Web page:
6. Are you sure you want to ghee-ify it? Now some people like dry rotis and others just can’t get it down their throats without some lubrication. It’s completely a choice and also a matter of consent. A roti will taste just as good without ghee and the ghee might add calories. But you can also run down those calories and make every roti eating experience marvellous by putting this ghee. My friend, Aishwarya, who I am sure is one of the first few to read this, does not like ghee on her rotis. Just trivia in case you ever meet her.

7. The direct blowing technique, is when you place the half baked roti on the stove burner directly to excite it and wait for it to blow up like a balloon. It releases the roti of its stress and is extremely yummy. When it’s a well kneaded dough and unflipped rolling has been practiced well, you learn to enjoy the blowing up process, and trust me it’s worth every bit.

8. Super roti making, a beautiful woman taught this to me. No pun here. Multitasking with rolling, baking and switching sides. While I roll one of the rotis, the other one will be on the pan… I can manage both but when you take off the roti to put it directly on the stove for some blown up rotis, what do you do with the empty pan, you do not hold it empty in one of your hands. Take the half baked roti off the pan with tongs, put an uncooked freshly rolled one on the pan with your left hand, now hold the handle of the pan with your left hand and pick it up, use the stove burner directly by putting the half baked roti in your right hand right on top of it. Wait. Turn it around once it blows up, wait for the slightest black burn marks, while they are rumoured to cause cancer, no fun in life without a little burn here and there. Then your pan goes back on the stove for the next round of rolling. This was the most important lesson in Himachal, I saved fuelwood and gas both in this technique.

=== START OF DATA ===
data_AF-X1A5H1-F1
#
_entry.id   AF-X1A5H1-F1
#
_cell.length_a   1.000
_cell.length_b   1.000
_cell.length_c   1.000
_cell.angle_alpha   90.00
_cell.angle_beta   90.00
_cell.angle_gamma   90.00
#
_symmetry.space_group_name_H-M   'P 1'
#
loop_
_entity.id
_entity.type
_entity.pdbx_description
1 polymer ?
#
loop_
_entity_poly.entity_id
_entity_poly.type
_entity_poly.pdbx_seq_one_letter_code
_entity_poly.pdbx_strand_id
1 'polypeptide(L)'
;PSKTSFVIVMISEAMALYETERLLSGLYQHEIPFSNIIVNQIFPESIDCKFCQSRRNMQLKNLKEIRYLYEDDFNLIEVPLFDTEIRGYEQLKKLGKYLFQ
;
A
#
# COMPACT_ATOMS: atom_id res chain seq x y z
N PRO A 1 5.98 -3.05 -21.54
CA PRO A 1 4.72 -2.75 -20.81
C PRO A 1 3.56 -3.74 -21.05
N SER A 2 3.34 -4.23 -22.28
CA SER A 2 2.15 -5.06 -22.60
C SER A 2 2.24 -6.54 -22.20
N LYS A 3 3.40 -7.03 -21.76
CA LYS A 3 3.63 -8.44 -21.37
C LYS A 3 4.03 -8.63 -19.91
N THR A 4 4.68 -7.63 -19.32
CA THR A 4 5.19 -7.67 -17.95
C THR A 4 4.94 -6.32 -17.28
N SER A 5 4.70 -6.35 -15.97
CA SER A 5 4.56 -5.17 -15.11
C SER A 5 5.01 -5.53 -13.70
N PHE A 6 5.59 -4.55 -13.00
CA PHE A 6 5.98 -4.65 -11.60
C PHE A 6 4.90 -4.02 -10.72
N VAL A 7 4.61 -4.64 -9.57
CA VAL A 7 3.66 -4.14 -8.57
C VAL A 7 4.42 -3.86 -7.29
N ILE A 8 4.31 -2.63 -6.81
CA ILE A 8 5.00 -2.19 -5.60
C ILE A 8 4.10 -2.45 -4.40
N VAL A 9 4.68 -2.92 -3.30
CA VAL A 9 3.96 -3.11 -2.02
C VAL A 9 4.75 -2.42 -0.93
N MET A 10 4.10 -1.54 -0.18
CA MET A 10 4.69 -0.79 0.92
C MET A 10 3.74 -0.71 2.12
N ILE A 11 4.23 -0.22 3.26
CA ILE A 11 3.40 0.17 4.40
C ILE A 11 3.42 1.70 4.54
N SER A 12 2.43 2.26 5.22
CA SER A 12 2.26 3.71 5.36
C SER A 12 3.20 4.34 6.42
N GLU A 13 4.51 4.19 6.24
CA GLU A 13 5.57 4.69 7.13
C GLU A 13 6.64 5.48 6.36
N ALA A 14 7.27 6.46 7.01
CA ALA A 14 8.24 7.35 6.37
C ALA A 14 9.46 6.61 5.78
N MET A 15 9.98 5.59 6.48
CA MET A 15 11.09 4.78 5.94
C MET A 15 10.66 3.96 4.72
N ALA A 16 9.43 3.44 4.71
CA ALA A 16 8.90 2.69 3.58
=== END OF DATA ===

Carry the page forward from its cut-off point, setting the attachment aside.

It’s been 5 months since the fellowship got over and I haven’t made a single roti since then, I have also spent a year to finish this particular blog, while it doesn’t sound as great and well worded, it’s special to me. :)

Hope I inspired you to make some rotis tonight!



Get the Medium app

A button that says 'Download on the App Store', and if clicked it will lead you to the iOS App store
A button that says 'Get it on, Google Play', and if clicked it will lead you to the Google Play store